Mary Poppins Returns
Log in with Facebook
Forgot your password?
Don't have an account? Sign up here
and the Terms and Policies,
and to receive email from Rotten Tomatoes and Fandango.
Already have an account? Log in here
Please enter your email address and we will email you a new password.
No consensus yet.
Tomatometer Not Available...
No consensus yet.
All Critics (20)
| Top Critics (1)
| Fresh (14)
| Rotten (6)
Intriguing but ultimately underwhelming.
The only elements of The White King that prevent it from being an unmitigated failure are a striking visual aesthetic and solid production values. However, these do not prevent Alex Helfrecht and Jorg Tittel's venture being one to miss.
The White King is an impressive feature debut...
The White King is a bold and brave piece of filmmaking that embraces film as an incomplete form. The ideas are presented in such a way that they require the engagement of the audience.
The story exudes natural confidence in its execution of that tension. It knows exactly when to pull you in and push you back.
The makers have clearly thought about what a future reversion to twentieth century-style tyranny would look like, and the design, anthems and details all ring true.
It's an impressively realised world; the "Homeland" is an agrarian totalitarian state in which any form of dissent is quashed by jackboot justice.
The White King never quite fulfils its initial promise as a dystopian young-adult adventure set in a future police state.
This chilling undertone keeps the audience gripped even when the story seems to spin its wheels.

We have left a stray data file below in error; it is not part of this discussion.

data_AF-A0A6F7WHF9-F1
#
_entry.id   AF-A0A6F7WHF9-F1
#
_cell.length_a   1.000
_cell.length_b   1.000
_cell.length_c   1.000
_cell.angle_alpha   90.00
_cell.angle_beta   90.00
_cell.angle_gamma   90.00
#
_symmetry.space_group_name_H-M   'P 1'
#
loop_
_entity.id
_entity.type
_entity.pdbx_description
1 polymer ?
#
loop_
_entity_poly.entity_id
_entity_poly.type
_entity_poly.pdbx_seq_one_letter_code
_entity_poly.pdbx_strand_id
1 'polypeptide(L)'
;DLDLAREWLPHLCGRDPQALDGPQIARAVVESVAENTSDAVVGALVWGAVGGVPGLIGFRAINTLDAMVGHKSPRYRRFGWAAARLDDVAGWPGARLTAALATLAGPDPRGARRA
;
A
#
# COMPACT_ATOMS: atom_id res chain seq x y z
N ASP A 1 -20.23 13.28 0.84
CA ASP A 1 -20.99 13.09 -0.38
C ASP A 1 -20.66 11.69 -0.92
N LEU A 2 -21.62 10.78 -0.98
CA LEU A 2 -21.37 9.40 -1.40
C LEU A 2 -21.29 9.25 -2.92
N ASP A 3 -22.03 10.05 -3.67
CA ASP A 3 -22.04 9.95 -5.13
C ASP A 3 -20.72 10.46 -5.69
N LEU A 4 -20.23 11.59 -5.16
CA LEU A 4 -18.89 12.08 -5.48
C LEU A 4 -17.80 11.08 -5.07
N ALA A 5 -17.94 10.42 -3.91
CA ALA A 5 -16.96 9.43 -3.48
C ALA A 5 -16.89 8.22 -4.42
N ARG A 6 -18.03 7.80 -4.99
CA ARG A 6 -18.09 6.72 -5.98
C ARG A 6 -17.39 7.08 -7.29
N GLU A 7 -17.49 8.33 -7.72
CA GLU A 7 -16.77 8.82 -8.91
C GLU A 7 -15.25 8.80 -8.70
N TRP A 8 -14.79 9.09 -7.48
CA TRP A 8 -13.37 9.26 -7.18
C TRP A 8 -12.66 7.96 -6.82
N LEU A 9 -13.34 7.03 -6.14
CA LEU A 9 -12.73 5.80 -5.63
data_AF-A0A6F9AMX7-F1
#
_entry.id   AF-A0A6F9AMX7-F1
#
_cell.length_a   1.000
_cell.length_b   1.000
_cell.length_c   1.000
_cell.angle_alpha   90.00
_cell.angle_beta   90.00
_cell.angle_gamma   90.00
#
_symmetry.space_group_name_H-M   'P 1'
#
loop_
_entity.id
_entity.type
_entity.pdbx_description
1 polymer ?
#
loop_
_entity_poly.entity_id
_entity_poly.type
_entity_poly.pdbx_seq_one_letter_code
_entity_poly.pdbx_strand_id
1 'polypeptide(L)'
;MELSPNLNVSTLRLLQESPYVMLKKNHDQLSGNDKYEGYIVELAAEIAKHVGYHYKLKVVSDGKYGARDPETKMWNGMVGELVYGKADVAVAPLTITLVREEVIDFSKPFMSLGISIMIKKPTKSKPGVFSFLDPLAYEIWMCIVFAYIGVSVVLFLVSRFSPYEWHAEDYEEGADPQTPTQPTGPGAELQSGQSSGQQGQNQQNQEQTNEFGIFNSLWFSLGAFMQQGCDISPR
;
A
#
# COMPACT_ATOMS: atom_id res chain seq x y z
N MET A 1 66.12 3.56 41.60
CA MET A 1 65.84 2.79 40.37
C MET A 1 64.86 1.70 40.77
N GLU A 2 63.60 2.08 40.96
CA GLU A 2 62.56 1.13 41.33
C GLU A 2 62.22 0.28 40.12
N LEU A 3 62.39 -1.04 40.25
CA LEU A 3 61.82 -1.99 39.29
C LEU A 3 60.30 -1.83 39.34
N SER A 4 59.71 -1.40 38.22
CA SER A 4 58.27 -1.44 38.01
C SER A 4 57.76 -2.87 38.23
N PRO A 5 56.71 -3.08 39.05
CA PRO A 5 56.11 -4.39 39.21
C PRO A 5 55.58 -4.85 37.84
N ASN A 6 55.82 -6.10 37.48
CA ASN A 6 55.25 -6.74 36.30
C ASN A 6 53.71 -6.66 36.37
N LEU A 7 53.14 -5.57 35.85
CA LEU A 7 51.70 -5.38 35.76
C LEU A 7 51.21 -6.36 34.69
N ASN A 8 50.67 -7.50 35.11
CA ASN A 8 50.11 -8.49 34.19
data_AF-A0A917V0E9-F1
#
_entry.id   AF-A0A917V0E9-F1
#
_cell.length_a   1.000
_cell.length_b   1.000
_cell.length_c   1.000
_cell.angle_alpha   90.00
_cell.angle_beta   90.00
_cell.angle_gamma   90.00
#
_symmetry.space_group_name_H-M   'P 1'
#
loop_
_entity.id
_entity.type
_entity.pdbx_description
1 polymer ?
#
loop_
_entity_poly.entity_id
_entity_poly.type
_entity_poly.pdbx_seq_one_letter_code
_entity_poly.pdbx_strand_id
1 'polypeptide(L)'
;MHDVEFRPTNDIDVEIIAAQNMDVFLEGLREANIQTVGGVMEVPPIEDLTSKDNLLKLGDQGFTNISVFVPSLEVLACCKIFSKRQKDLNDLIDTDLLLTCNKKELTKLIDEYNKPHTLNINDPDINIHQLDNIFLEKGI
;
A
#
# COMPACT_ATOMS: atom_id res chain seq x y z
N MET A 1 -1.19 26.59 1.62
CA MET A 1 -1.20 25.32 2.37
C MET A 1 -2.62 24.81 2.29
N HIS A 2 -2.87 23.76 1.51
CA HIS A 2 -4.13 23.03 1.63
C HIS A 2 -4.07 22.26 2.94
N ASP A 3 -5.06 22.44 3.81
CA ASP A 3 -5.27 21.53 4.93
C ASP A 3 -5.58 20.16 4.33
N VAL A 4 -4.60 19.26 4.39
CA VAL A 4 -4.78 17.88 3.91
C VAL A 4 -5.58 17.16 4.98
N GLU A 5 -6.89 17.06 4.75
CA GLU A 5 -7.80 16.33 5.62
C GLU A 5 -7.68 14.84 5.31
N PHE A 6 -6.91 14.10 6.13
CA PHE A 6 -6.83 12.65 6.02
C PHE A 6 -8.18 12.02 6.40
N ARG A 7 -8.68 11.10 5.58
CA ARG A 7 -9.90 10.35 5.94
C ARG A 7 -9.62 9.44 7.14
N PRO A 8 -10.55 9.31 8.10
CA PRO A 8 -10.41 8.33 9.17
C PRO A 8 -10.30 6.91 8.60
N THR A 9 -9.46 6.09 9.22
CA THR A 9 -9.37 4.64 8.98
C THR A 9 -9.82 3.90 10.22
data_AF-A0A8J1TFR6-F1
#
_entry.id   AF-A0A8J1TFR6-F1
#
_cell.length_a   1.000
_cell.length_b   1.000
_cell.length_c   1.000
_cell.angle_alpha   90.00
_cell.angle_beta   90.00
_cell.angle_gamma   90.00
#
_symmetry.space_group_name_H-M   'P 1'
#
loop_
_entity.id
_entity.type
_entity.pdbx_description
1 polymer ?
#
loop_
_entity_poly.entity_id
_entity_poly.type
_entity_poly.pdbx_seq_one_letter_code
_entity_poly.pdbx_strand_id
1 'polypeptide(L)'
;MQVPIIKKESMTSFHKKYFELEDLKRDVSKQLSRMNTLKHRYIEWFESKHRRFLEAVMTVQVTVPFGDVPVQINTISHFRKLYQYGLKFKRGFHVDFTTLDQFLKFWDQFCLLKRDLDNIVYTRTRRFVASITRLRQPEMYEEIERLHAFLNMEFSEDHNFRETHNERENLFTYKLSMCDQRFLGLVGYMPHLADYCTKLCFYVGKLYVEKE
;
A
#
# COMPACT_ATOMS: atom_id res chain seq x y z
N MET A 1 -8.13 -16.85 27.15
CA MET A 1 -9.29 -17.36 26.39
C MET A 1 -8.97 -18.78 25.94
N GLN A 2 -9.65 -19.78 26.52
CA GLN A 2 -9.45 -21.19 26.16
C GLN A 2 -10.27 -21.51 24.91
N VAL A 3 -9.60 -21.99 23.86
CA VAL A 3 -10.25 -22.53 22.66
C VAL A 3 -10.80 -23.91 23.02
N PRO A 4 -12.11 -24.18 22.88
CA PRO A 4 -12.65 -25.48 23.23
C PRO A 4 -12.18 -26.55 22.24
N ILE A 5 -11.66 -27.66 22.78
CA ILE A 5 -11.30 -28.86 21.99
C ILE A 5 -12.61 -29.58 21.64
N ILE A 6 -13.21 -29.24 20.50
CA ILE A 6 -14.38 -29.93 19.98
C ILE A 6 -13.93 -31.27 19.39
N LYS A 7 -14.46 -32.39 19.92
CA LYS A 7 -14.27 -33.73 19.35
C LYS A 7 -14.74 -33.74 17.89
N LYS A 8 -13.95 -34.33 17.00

The White King is a respectable first feature, but one that would have benefitted from refinement and nuance - a good few moves behind the best films in the genre.
The White King only springs to life when Pryce is on screen, which isn't often.
An intriguing, sombre work.
We see a new world order that brings its society back to the soil, damning technology, applauding the simple life. This totalitarian world parallels Hitler's pride, where the community stands for hours in grocery lines, eat bread and watered soup if they don't have connections with the higher ups, and wear their only 2 or 3 outfits if they haven't contributed to the recent revolution. Twelve-year-old Djata, who tells the story, gets a glimpse of a technically advanced wealthy world full of crowded highways and gleaming skyscrapers, where food and wealth are in abundance. I find it interesting where the technical world is put in a higher light. What a switch!
There are no approved quotes yet for this movie.